The United States Post Office is as old as the United States. It is one of the few government agencies authorized by the United States Constitution. It had its start at the time of the second continental Congress in 1775. Benjamin Franklin was made the first Postmaster General.

A  Very impressive and nearly forgotten beginning for this great organization. The first regular printed postage stamps for our country featured pictures of Franklin and Washington.

The advent of Computers has played a major part in the lessening use of the post office. One major reason for the post offices’ financial difficulties of late has been the e-mail. The E-mail, to me, represents the love we have been taught for media gadgetry as opposed to personalism. People saved love letters in bundles tied with ribbon and treasured them. People saved the letters of artists, writers, soldiers, political figures and treasured them also, not to mention friends and family. All of this was important to our history, both personal and national.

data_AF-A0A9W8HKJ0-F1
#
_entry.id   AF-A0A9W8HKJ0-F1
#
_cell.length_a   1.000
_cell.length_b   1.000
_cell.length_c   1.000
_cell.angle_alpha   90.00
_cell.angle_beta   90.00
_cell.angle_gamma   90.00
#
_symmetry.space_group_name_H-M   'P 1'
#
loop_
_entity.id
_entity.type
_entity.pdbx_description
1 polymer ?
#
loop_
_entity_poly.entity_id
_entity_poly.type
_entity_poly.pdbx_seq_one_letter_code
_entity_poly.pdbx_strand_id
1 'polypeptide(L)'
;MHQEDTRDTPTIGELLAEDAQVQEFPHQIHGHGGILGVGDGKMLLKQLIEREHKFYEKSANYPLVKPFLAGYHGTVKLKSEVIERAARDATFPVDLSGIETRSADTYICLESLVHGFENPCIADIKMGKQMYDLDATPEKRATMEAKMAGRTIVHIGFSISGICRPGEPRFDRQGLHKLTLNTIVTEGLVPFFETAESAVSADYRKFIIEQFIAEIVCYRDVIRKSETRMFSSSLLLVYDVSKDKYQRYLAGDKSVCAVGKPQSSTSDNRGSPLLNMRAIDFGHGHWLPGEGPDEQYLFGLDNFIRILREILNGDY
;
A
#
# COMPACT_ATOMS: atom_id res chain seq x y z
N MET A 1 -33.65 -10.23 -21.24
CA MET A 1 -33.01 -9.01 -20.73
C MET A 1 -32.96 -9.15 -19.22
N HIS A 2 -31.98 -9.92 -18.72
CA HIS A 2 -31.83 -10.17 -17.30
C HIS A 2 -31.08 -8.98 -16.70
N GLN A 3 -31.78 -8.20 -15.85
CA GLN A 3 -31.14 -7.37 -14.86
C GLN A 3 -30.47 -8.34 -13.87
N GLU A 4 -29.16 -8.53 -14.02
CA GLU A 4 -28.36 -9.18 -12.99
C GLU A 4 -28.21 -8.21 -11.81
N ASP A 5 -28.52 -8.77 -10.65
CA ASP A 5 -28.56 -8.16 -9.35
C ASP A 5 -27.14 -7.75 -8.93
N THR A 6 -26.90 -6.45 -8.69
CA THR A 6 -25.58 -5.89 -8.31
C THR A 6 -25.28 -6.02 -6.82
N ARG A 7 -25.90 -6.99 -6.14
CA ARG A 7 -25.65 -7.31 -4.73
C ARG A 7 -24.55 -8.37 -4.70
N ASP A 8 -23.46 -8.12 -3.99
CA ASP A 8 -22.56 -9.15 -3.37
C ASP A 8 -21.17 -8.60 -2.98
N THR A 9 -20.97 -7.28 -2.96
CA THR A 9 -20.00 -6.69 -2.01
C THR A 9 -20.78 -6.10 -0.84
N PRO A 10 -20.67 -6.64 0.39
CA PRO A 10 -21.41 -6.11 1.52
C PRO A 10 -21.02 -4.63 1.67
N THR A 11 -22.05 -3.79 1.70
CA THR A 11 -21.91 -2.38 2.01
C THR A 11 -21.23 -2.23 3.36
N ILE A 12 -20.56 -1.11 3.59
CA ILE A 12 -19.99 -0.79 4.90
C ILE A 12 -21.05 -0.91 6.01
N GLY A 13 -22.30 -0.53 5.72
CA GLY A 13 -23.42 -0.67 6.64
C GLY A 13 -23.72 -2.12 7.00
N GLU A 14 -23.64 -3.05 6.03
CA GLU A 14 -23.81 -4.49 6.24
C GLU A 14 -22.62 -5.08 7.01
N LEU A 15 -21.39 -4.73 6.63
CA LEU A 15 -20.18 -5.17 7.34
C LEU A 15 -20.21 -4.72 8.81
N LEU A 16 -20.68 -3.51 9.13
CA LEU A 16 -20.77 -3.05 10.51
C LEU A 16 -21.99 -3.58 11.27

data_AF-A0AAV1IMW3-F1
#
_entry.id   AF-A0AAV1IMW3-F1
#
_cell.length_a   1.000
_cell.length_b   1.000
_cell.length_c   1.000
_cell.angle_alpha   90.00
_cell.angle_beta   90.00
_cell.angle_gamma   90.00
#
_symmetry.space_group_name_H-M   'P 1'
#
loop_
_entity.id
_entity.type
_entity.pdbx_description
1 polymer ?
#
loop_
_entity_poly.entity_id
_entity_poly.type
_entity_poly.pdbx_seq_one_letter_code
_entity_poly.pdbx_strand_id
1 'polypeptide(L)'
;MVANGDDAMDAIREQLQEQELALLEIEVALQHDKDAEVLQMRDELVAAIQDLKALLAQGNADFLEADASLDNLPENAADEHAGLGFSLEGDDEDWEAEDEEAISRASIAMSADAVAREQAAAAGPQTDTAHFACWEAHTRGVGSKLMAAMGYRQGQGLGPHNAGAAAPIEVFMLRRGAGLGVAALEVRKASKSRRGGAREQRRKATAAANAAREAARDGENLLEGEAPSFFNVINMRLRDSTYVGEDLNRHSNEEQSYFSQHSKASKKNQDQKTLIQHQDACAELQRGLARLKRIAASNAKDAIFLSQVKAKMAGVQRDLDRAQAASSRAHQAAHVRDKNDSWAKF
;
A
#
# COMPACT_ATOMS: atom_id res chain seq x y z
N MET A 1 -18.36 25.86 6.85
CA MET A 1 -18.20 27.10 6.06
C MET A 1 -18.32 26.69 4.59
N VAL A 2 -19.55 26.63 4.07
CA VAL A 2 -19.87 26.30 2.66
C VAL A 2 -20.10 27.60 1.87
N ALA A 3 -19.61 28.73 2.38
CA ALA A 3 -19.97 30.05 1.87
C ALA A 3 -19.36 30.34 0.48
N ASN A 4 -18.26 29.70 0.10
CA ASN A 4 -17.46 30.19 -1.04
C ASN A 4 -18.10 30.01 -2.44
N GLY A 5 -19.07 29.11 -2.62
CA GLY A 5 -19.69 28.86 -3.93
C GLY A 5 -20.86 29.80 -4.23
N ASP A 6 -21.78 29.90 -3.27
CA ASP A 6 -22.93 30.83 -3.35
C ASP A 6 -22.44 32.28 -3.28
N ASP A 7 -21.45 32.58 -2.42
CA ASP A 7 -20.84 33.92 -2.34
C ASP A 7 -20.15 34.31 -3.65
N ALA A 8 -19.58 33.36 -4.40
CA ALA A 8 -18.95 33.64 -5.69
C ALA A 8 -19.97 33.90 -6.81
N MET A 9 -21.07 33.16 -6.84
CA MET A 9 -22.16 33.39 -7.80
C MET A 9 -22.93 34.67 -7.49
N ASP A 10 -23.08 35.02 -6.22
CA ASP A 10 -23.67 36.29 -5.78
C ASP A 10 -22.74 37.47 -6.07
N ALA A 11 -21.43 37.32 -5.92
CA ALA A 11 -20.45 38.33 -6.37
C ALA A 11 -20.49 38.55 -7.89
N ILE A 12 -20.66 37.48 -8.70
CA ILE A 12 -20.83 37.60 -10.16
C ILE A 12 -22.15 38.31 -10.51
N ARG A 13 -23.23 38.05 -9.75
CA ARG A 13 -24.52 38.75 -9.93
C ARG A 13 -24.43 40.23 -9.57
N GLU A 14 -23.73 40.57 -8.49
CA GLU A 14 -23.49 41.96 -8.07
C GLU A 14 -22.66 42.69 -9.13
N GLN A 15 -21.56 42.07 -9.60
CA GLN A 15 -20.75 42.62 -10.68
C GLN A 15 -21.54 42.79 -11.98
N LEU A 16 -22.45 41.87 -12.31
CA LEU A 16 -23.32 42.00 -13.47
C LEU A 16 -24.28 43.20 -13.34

Today  e-mail, while it can technically be saved for a bit is susceptible to a wide range of loss potential that handwritten letters never were. We can erase them by mistake, the program they are on can change, the  central computer can fail. A box of letters on your shelf stays there unless your house burns. And a fire-safe box wouldn’t burn. Of course you might not have a bookcase to keep them on as books are more often a computer product as well right now. But the same flaws computer letters have computer books also have.

I was proud to see a new plan involving combining material books with E-books. One for the road, another for the personal library.

But to get back to the post office, my advice and plan? Get a book of “Forever” stamps and some stationery and begin writing more letters. Lots of letters. It will help preserve penmanship along with everything else. And if it catches on well, maybe the Postal Service will begin to prosper again.  It deserves to, it’s been here for us for a long time.